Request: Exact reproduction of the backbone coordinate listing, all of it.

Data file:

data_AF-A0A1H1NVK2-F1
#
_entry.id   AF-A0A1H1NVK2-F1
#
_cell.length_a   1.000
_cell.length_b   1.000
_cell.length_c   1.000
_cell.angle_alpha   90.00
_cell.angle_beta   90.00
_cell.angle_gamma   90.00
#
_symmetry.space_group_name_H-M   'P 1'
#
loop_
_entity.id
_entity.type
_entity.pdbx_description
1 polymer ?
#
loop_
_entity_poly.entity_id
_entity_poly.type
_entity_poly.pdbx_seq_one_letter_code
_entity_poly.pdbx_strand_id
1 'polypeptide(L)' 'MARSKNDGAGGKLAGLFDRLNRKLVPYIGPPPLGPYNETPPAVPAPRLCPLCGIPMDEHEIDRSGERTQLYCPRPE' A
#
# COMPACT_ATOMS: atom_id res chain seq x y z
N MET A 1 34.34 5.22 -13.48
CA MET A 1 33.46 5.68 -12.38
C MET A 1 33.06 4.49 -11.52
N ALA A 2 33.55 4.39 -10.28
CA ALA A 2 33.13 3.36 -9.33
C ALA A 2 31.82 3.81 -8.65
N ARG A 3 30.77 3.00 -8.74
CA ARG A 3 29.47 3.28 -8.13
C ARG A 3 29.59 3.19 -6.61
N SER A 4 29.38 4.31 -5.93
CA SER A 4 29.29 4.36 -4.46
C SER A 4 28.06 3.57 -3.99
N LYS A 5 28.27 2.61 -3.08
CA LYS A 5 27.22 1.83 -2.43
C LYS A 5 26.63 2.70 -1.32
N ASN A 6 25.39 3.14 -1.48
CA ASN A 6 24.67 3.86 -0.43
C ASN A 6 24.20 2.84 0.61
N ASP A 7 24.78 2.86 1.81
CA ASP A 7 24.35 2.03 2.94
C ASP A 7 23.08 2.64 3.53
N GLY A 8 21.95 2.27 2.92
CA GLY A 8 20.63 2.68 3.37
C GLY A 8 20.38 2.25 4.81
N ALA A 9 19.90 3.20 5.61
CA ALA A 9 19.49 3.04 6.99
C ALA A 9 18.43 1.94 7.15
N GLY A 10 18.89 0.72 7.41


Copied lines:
data_AF-A0A1H1NVK2-F1
#
_entry.id   AF-A0A1H1NVK2-F1
#
_cell.length_a   1.000
_cell.length_b   1.000
_cell.length_c   1.000
_cell.angle_alpha   90.00
_cell.angle_beta   90.00
_cell.angle_gamma   90.00
#
_symmetry.space_group_name_H-M   'P 1'
#
loop_
_entity.id
_entity.type
_entity.pdbx_description
1 polymer ?
#
loop_
_entity_poly.entity_id
_entity_poly.type
_entity_poly.pdbx_seq_one_letter_code
_entity_poly.pdbx_strand_id
1 'polypeptide(L)' 'MARSKNDGAGGKLAGLFDRLNRKLVPYIGPPPLGPYNETPPAVPAPRLCPLCGIPMDEHEIDRSGERTQLYCPRPE' A
#
# COMPACT_ATOMS: atom_id res chain seq x y z
N MET A 1 34.34 5.22 -13.48
CA MET A 1 33.46 5.68 -12.38
C MET A 1 33.06 4.49 -11.52
N ALA A 2 33.55 4.39 -10.28
CA ALA A 2 33.13 3.36 -9.33
C ALA A 2 31.82 3.81 -8.65
N ARG A 3 30.77 3.00 -8.74
CA ARG A 3 29.47 3.28 -8.13
C ARG A 3 29.59 3.19 -6.61
N SER A 4 29.38 4.31 -5.93
CA SER A 4 29.29 4.36 -4.46
C SER A 4 28.06 3.57 -3.99
N LYS A 5 28.27 2.61 -3.08
CA LYS A 5 27.22 1.83 -2.43
C LYS A 5 26.63 2.70 -1.32
N ASN A 6 25.39 3.14 -1.48
CA ASN A 6 24.67 3.86 -0.43
C ASN A 6 24.20 2.84 0.61
N ASP A 7 24.78 2.86 1.81
CA ASP A 7 24.35 2.03 2.94
C ASP A 7 23.08 2.64 3.53
N GLY A 8 21.95 2.27 2.92
CA GLY A 8 20.63 2.68 3.37
C GLY A 8 20.38 2.25 4.81
N ALA A 9 19.90 3.20 5.61
CA ALA A 9 19.49 3.04 6.99
C ALA A 9 18.43 1.94 7.15
N GLY A 10 18.89 0.72 7.41